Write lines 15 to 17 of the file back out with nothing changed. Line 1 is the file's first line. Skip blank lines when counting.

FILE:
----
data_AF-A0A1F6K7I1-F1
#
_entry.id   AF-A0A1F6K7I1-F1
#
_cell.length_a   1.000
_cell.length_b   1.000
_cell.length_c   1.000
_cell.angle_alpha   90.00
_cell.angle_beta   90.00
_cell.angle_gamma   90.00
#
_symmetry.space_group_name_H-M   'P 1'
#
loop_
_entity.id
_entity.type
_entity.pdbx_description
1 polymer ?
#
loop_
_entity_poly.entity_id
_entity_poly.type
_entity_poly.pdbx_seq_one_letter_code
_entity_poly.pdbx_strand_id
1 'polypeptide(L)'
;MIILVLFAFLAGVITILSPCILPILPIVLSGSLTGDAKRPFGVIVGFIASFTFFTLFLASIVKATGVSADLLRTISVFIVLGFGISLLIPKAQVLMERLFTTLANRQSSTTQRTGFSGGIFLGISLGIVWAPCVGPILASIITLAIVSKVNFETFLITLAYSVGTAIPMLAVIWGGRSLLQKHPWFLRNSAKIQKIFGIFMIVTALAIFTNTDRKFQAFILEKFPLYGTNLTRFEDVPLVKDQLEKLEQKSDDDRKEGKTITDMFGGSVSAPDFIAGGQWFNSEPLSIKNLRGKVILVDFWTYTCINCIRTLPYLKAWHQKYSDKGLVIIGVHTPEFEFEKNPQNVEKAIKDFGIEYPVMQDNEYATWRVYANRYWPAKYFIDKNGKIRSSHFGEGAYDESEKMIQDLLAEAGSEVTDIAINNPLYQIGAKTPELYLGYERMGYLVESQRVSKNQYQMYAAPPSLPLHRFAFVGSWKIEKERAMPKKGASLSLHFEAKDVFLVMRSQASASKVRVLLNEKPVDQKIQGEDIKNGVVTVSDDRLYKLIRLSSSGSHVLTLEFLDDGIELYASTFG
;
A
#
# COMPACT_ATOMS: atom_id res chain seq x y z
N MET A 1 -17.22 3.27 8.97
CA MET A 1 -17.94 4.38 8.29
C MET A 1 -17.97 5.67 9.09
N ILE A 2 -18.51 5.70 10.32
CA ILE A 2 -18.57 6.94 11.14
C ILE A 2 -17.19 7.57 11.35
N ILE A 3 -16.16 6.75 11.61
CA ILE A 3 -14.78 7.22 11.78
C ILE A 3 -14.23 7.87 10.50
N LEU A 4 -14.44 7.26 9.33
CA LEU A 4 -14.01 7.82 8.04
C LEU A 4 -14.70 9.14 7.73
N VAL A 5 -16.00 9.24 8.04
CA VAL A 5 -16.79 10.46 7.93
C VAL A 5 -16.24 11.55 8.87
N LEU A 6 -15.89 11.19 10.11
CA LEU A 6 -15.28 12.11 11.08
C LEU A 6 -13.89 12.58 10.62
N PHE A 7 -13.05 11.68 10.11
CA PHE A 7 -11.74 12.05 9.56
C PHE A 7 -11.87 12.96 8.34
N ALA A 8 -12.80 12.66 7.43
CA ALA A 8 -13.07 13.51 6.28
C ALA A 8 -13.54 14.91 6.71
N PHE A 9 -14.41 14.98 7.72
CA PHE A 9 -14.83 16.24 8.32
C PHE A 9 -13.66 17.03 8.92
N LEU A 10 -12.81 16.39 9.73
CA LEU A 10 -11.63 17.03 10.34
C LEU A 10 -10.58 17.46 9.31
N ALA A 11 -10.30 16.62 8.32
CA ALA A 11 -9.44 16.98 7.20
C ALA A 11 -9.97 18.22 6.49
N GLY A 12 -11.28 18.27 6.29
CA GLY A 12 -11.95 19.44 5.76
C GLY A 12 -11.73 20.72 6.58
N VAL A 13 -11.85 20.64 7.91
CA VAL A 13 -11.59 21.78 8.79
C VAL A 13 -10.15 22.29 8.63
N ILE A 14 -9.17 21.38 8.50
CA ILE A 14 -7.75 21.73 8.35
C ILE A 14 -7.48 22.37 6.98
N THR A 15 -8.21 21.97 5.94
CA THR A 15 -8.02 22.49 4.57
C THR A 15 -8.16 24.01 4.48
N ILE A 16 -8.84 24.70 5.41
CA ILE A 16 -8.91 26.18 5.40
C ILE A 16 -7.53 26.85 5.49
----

_entity.id
_entity.type
_entity.pdbx_description